We use CorelDRAW® Graphics Suite X6 to draw and cut parts. We can also open files from a variety of other programs (please see our accepted file types above). If you need a program to draw your parts in vector-format, here are a few free trials or completely free programs to try:

  • Open Office Draw: This free vector-graphics drawing software is part of a free office suite, You will have to download the entire suite of programs to use Open Office Draw. Please save files in PDF format.
  • Inkscape: This free vector-graphics drawing software is available at Please be sure to include a 1" square size reference in your SVG file generated from Inkscape, as sometimes there are scaling issues when opening SVG files in the software we use.
  • CorelDRAW trial version: You can download a free trial of this vector-graphics drawing software (with capabilities similar to Adobe Illustrator) at Please save your files in CDR format (default).
  • TurboCAD professional trial version: You can download a free trial of this CAD software at Please save your file as a DXF (compatible with AutoCAD version 2004 or earlier). You can access this option in TurboCAD in the “Save As” window under a “Setup” button or tab. Please see accepted file types above to learn about certain restrictions on the file for larger parts.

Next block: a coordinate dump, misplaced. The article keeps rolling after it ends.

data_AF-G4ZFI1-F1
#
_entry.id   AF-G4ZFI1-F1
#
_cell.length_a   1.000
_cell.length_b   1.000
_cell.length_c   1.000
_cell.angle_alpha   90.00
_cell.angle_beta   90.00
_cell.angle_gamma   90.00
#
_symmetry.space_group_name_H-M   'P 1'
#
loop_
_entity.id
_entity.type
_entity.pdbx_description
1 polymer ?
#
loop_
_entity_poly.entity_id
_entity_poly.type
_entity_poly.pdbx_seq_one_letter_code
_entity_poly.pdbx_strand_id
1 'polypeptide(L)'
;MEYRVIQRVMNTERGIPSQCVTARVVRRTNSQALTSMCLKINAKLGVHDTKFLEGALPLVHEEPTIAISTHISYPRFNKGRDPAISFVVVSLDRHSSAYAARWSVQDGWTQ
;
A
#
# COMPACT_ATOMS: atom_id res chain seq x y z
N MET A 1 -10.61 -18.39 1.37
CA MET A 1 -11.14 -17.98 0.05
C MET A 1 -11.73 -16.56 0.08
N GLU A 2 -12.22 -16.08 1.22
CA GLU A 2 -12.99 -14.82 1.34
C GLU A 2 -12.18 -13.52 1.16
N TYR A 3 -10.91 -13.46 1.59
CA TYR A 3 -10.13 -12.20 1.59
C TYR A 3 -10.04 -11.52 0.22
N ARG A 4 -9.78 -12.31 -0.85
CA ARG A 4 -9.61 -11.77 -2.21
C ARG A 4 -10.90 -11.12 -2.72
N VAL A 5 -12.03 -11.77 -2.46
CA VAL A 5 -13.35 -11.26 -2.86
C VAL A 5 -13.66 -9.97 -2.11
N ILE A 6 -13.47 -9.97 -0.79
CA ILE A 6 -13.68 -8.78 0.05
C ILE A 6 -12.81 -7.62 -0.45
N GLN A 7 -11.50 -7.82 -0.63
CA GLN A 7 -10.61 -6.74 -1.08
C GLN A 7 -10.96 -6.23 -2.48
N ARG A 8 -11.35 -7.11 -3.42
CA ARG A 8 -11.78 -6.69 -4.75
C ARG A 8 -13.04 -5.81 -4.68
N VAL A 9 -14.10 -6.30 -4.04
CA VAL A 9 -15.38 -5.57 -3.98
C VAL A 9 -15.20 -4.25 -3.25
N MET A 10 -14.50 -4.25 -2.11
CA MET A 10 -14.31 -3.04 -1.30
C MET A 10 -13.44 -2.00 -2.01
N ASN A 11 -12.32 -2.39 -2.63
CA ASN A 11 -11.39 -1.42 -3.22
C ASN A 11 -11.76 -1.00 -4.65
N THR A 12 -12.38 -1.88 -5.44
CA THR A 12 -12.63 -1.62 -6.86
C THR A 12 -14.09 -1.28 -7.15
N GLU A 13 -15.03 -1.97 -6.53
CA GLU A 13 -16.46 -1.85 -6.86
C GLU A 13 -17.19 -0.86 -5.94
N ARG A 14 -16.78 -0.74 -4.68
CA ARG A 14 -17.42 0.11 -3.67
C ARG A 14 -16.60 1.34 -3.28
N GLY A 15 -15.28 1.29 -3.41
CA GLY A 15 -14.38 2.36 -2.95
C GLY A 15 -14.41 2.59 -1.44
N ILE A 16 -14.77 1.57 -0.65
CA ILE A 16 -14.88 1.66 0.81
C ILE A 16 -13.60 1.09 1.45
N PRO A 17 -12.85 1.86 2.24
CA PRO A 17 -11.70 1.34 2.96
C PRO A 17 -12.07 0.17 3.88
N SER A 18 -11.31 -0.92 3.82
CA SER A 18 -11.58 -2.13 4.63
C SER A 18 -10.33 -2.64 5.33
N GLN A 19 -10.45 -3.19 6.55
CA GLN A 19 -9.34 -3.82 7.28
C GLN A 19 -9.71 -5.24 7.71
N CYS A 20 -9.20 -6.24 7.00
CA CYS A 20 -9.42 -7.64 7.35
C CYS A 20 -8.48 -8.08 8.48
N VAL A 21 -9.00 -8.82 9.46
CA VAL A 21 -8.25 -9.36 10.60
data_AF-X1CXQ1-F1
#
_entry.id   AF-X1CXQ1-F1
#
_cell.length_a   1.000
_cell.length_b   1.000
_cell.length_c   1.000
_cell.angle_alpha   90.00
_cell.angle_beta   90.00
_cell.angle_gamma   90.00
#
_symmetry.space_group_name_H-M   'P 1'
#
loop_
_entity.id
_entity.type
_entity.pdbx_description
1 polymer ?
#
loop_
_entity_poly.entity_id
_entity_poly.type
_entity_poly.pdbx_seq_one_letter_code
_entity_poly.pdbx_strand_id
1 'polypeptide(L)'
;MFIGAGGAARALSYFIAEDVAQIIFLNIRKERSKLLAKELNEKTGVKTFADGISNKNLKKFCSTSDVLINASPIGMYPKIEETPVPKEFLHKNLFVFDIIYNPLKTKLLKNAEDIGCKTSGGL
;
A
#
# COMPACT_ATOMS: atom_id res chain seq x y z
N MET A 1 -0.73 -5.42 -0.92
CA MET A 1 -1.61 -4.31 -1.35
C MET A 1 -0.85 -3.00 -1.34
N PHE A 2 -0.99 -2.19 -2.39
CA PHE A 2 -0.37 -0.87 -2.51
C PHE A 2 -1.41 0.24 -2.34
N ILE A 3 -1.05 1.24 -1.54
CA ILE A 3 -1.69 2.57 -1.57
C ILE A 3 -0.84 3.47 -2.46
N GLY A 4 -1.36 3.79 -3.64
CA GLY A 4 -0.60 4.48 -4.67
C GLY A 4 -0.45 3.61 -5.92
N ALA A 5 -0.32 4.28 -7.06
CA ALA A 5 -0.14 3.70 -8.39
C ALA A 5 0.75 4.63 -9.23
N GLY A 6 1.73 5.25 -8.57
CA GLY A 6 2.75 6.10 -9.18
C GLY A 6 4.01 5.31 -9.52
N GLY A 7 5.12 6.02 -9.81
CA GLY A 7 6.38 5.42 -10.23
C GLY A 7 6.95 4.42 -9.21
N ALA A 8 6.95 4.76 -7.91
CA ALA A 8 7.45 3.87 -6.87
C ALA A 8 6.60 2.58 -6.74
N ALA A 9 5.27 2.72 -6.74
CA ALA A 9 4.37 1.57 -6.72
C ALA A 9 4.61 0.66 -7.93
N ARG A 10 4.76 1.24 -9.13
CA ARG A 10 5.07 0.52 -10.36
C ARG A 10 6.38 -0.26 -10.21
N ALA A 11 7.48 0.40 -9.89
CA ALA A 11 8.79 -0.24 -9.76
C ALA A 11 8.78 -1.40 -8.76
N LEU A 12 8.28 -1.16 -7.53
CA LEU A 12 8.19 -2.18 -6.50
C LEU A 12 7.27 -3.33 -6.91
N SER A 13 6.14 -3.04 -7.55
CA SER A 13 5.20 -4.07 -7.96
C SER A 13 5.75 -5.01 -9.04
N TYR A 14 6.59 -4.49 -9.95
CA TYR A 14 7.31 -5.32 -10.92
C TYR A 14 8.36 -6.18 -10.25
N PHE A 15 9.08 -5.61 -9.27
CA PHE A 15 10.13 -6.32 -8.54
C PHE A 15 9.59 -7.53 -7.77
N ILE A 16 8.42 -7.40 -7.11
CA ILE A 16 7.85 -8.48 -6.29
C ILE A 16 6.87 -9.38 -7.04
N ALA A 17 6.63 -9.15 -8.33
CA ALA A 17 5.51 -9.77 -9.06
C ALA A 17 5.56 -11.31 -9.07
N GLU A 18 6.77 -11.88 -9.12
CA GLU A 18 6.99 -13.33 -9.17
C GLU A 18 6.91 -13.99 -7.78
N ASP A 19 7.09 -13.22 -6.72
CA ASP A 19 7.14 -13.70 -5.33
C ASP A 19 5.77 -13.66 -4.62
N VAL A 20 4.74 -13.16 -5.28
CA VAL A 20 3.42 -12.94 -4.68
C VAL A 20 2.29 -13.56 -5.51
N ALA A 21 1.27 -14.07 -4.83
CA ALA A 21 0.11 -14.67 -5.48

Setting up a sketch or mock-up (if we are drawing your parts for you)

To laser cut parts, we will need one of the accepted file types listed above. If you would like us to draw your parts on the computer for you, you will need to prepare a mock-up file of your parts or a file with a written description communicating the parts you need. The file can be any file type that we can read, such as a text file with a written description, a scan of a hand sketch (JPG, GIF, BMP, PDF), a mock-up in Word, Paint, or Excel, etc.

To request a quote that includes file creation, please submit your file in the quote request form and mention that you need us to draw your parts in the special instructions field. File creation costs are listed at our laser cutting pricing page.

Please follow these guidelines when preparing your mock-up file:

  • Written descriptions should include all sizes of parts, quantities required, and material types and colors for each part. For example:
Quantity Material Description
2 1/8" clear acrylic Circle diameter 3"
8 1/16" black ABS 5" x 5" square with four 1/8"-diamter mounting holes in the corners (center of mounting holes should be 1/2" away from the corners of the square)
10 1/16" white Delrin Circle diameter 10" with 1/4" center hole, will supply the Delrin in 12" x 12" sheets, will ship a few extra sheets just in case, material will be coming from McMaster-Carr

  • If you are drawing a sketch by hand, please scan your drawing and send the resulting JPG, GIF, BMP, or PDF file. Kinko’s, Office Max, Office Depot, or any copy shop should be able to make a scan for you.